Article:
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No, right a bit, up a bit . . .

I have to admit to always being a bit stuck as to what to write in the December editorial. Whilst I love to regale you about all that’s fabulous and new in the world of interior design throughout the year, and am more than happy to give you my take on what makes a good room good, I find it difficult to pontificate about the Christmas interior.

The other day our social media lady pointed out an editorial in another magazine (obviously vastly inferior to the stupendous publication you are now perusing dear reader) in which an interior designer was not only telling the reader which smelly candle and trinket should go in which room, but exactly where they should be situated and in what quantities. I found this a bit uncomfortable and somewhat patronising, until I realised of course that the designer in question had a shop selling . . . you’ve guessed it – smelly candles and trinkets.

So what does the tastefully decorated house look like on Christmas Day ? Well, probably exactly like yours and mine. Whilst the rules of good interior design don’t fly out of the window each December, they can certainly be relaxed. And as my design mentor Walter Walker, design director of Alfred Allen, now long dead God rest him, used to say, “John, the day you think you’re the arbiter of good taste you might as well pack up and go home”

So . . . real or false, themed or random, uncluttered or stuffed to breaking point? I’m talking of course about the tree, and it really is up to you. There is no right or wrong answer. For many years now I’ve always had a real tree, and am happy to put up with the inconvenience of a few dropped needles in exchange for that wonderful smell of pine when you enter the living room each morning.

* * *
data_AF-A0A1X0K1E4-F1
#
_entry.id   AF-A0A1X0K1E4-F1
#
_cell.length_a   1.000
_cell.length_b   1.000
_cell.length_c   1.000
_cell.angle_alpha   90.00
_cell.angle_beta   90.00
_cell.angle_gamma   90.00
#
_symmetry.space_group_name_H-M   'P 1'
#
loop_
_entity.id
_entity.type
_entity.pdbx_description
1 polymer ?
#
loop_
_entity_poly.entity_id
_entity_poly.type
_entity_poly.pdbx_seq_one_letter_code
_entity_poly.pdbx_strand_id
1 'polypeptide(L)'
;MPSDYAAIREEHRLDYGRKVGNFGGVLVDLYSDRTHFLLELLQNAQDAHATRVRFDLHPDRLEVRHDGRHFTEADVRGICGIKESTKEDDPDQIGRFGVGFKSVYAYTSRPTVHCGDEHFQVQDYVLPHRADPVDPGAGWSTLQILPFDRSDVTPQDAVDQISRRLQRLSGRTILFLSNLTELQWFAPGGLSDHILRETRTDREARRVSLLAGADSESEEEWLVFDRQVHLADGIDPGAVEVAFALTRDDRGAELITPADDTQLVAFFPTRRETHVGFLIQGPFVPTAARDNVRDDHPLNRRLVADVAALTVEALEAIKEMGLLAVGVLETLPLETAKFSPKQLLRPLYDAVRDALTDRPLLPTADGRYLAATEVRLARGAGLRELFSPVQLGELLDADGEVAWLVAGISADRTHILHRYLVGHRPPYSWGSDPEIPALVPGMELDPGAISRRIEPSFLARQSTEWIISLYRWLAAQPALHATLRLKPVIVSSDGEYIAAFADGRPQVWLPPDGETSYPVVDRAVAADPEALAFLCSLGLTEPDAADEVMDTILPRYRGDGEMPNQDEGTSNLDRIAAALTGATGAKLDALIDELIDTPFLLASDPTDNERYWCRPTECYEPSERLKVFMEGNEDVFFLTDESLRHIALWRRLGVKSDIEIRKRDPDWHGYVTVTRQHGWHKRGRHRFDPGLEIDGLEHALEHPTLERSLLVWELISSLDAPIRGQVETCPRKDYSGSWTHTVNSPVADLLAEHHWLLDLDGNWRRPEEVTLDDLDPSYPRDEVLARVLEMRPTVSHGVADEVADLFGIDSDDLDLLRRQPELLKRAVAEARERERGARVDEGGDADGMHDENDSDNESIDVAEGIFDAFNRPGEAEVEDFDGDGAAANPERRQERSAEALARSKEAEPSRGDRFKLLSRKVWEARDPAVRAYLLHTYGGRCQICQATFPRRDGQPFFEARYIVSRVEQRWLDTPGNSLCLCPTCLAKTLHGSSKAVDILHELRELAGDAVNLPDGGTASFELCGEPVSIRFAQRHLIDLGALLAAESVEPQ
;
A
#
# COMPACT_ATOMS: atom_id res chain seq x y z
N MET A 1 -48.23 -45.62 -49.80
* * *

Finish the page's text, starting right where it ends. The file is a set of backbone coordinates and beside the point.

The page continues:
As for whether to theme it or not, well I suppose you really should (and I’m sure the smelly candle and trinket designer would tell you it’s obligatory !!!), taking two or possibly three colours from your decor and majoring on them for your tree ornaments and other assorted bits and bobs around the room. But here I have to admit to being a little hypocritical. My tree is a completely random collection of ornaments and baubles of every shape, size and colour, collected over a number of years from cities and countries we’ve visited, or that I’ve bought just because I like them. The crowning glory of which is a somewhat tousled silver and gold cardboard star that my elder daughter, who now runs my showroom, made when she was in infants school. This is much to the annoyance of my wife, who thinks I really should know better and follow her idea of a simply themed tree. So we’ve made the perfect compromise – we have two trees, one goes in the living room while the other has pride of place in the dining room. This year it’s my turn in the living room.

As for the rest of the house, you can go as mad as you like with garlands on mantelpieces, fabulous table decorations and runners, swags up banisters, holly protruding from just about every nook and cranny, and of course mistletoe liberally dotted around and about. I wouldn’t dream of insulting you by telling you exactly where to put them though – well, not until twelfth night anyway.

And why stop at the inside. I love to see a welcoming holly wreath on the front door, and a well-lit tree or shrub in the garden. Just a word of caution though: in recent years there has been a tendency towards over-decorating the outside of the house. In some areas you see street after street of houses obviously competing with each other to see who can cram the most illuminated Santas, elves, reindeer, shooting stars, sleighs and anything else remotely connected to Christmas (as long as it’s not in any way religious of course – oops there I go again, but isn’t it sad that a priest friend of mine couldn’t find anything whatsoever relating to the Nativity to put on the outside of his church) onto their roofs and on every other inch of their properties, putting a strain no doubt not only on their own electricity supply, but on the National Grid itself ! Please, a little moderation in all things.

Well, except for the Christmas turkey of course . . . oh and the two kinds of stuffing . . . and don’t forget the mince pies . . . and champagne, buckets of champagne . . . . . .

John Biddell, John Charles Interiors

Live 24 7 magazine editorial - December 2015